The building in which I've worked for the past few days - up on the third story, where a lone light burns - behind three card-swipy doors - with a seven-month-old puppy affectionately known as "monster" and two graduate students: Logan and Marijka.

Our lab has two fume hoods running three different computers, tables covered with computers, cables, torn-apart bricks (big, broadcasting computers), slugs (smaller, intermediate computers), and motes (very small data-taking machines). There's a big walk in freezer on one wall, a sink and piles of leaded line along the other. HOBOs and Xtra-Tuf rubber boots are mixed in. There's climbing rope, harnesses, tools, ice axes, and crampons in the room next door. Let's look around…


My office.


Another view of my office, with Logan and Marijka.


Josh, one of the field assistants took this picture out of the window the winter after I left. I think it expresses things rather well.

Let's step outside…


This is the view from the front door. It's cloudy, perhaps raining, as usual.


This is the meadow just across the road from the NSRL.


It's filled with fire flowers, which will soon become my favourite.


Geocaching was a frequent activity. We went hunting one day near the meadow depicted above (in the region of Juneau known as the Mendenhall Valley). Rosemary ultimately located this well-disguised cache. This is Kevin, Rosemary, Dinorah, and I, with it.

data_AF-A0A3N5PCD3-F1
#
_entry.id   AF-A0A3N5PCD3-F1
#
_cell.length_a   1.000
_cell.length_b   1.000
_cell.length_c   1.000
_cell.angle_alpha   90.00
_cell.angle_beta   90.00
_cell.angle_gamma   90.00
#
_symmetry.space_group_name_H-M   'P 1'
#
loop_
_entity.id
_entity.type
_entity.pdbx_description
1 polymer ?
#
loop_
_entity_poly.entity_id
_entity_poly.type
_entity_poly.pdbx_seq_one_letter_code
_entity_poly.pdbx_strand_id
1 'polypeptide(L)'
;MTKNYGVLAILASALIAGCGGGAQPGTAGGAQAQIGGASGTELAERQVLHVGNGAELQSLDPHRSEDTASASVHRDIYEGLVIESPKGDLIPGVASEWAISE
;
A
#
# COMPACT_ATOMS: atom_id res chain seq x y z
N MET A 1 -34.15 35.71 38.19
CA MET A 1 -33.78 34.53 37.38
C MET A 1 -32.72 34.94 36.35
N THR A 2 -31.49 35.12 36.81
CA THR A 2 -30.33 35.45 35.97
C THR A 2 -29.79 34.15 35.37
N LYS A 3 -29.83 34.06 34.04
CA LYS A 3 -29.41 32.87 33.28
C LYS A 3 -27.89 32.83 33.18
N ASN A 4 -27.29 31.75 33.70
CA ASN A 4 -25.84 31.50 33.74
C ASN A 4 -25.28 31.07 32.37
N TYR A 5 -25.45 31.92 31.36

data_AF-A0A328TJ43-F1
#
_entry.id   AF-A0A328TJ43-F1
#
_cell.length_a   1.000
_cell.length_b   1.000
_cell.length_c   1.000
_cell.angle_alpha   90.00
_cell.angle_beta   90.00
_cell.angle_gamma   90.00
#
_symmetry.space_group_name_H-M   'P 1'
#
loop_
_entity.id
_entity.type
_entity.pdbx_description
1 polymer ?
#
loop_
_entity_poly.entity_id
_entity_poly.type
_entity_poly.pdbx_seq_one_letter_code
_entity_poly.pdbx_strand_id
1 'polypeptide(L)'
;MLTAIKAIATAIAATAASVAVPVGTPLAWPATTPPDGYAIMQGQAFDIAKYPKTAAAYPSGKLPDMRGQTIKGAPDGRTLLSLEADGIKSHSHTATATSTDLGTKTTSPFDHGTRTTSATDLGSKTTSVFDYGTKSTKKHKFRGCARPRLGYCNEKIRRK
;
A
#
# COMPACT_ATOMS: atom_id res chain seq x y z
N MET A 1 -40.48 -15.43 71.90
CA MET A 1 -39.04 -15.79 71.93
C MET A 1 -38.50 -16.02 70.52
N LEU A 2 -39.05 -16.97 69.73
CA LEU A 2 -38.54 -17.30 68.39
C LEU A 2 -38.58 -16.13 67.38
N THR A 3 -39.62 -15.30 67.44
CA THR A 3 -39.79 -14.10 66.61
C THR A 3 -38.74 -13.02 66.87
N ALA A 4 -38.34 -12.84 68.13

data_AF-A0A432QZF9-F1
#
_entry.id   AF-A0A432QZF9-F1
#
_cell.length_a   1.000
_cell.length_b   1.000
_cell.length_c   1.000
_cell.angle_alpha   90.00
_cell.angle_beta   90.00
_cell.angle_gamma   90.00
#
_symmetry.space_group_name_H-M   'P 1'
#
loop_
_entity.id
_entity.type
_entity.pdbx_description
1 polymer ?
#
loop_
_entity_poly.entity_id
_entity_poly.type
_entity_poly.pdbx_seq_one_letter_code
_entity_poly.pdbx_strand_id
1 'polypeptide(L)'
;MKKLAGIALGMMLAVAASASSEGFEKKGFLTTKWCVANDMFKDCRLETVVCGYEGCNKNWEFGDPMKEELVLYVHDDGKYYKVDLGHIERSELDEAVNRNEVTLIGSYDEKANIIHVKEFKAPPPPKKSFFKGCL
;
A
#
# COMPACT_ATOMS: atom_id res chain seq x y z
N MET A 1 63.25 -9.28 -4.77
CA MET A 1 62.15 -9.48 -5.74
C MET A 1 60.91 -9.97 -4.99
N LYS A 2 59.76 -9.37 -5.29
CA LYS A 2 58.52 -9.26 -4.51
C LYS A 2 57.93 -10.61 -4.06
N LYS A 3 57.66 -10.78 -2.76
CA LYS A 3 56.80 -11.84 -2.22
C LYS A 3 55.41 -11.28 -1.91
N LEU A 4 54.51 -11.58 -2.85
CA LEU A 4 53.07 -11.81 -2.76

Stefii had joined the us as a Juneau native and hardly ever associated with the team proper. She did invite us to her house for supper once, though, which brought us downtown again…


A view from downtown Juneau, near the Alaskan Pride supermarket. This is the only state capital in constant danger of being destroyed by avalanche.


A residential street in downtown Juneau.


Having shrimp pesto pasta with peppers, onions, and cucumber; baguettes; wine; salad with mandarian dressing; French silk pie; and chocolate caramel ice cream in Steffi's living room.


On the way home we took a wrong turn and, while turning around, flashed our lights across a mother bear and her two cubs. One of the cubs climbed a tree to evade us, showing the infficiency of that instinct in an urban environment.


One night I decided to fllow a likely looking trail across the meadow and around the far side of Auke Lake to get home. Here I am, starting out.


The trail devolved into a maze of mountain bike paths and occasional spurs run into neighbourhoods in the valley. Though a few thousand people live here, you could be within a few hundred yards of a house and not be able to see it.


A remarkable tree…

Kayak rental was reasonable. We'd steal the big van, check out four of them, and head down to the water. Steffi and Marijka joined us for the first trip.


Preparing for some kayaking out on the bay.


Preparations…


Out on the water. These are Steffi's pictures since I still hadn't become comfortable with the idea of pulling my camera out while in a kayak. Come to think of it, I'm still not comfortable with that.


We followed the shoreline of Auke Bay around and towards the Gastineau Channel.


Myself, Kevin, and Ge'Yanni.


Steffi'd brought along some raw crab…


…which we pulled apart and ate.


One of the cool things about this was that you could find and pull the tendons and then watch the legs curl closed.


Gi'Yanni with the crab.


Steffi, playing with her food.


Kayaking back.




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